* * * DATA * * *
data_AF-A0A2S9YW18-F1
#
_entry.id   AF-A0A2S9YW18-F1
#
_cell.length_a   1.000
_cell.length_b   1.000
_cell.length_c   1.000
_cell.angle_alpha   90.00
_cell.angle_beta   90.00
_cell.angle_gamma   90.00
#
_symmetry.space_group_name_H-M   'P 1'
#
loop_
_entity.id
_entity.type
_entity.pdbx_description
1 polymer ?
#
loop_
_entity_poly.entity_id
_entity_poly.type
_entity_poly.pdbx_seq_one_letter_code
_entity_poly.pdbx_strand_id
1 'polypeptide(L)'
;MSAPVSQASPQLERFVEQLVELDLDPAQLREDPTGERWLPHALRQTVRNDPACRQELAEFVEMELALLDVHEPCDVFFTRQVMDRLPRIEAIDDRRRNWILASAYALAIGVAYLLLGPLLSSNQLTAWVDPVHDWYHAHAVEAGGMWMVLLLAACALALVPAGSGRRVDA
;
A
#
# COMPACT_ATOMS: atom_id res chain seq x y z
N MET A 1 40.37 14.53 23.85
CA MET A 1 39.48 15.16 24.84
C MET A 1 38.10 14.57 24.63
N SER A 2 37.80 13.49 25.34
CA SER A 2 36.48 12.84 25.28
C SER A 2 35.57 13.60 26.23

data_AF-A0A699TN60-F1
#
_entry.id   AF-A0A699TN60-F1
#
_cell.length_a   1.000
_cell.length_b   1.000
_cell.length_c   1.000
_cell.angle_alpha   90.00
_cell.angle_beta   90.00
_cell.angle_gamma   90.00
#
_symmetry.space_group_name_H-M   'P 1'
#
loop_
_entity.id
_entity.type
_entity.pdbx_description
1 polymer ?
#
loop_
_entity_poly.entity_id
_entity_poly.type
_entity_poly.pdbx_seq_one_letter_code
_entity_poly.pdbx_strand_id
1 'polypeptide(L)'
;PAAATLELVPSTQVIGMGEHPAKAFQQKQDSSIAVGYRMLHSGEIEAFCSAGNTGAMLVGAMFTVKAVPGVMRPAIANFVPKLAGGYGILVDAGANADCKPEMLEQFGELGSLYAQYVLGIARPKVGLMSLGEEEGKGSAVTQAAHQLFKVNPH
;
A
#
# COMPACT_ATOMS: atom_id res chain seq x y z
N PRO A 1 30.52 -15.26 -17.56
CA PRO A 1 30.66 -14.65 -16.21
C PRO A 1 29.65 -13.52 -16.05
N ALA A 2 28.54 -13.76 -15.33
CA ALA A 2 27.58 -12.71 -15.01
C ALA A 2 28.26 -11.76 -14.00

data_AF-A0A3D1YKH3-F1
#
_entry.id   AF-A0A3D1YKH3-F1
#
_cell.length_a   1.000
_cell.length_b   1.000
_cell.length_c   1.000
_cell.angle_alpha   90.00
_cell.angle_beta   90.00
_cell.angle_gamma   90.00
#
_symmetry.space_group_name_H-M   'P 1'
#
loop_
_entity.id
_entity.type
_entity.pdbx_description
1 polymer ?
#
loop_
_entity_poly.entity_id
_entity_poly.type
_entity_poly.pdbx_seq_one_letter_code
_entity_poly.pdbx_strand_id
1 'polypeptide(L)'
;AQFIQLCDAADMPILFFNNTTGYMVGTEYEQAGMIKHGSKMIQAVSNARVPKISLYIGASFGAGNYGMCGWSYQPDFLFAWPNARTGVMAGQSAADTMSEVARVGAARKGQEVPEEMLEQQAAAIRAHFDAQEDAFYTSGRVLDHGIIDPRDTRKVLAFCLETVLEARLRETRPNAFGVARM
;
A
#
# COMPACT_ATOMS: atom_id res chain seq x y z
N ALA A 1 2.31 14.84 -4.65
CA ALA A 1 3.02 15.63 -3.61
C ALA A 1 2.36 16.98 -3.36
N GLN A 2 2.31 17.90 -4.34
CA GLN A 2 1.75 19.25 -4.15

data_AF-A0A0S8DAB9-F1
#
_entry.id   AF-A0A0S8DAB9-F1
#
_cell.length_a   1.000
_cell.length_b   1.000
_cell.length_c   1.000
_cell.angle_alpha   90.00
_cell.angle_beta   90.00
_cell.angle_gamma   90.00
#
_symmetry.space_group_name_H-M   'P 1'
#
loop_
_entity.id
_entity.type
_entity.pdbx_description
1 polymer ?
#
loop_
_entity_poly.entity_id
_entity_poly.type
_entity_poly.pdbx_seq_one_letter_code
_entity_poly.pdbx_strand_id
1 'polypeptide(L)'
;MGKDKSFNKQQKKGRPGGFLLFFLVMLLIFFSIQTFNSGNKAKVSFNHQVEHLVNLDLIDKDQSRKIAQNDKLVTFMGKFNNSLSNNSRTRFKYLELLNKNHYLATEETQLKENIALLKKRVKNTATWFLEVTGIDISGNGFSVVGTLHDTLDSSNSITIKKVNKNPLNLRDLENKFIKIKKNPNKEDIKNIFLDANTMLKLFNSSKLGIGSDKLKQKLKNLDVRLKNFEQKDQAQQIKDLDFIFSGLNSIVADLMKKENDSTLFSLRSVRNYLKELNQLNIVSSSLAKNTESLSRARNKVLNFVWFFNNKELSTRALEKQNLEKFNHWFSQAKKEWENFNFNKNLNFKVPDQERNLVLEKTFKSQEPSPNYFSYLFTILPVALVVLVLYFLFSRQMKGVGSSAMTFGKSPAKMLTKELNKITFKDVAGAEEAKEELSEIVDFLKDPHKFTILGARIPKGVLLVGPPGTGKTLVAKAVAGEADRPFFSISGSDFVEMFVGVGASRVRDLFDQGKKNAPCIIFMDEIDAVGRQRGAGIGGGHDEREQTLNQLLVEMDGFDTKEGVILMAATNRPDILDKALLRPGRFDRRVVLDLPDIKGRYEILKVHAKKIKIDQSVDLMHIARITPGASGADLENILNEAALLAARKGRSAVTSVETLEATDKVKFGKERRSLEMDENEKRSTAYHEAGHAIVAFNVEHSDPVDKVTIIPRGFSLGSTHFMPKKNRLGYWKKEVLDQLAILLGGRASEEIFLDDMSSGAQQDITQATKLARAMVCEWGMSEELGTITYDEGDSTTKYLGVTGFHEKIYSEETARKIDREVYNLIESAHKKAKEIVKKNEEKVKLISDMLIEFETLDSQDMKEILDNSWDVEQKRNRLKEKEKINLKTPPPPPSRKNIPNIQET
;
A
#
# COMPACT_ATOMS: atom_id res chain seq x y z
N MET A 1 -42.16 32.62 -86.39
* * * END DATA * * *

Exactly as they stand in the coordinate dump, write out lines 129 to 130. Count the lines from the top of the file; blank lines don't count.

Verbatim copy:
_entity_poly.type
_entity_poly.pdbx_seq_one_letter_code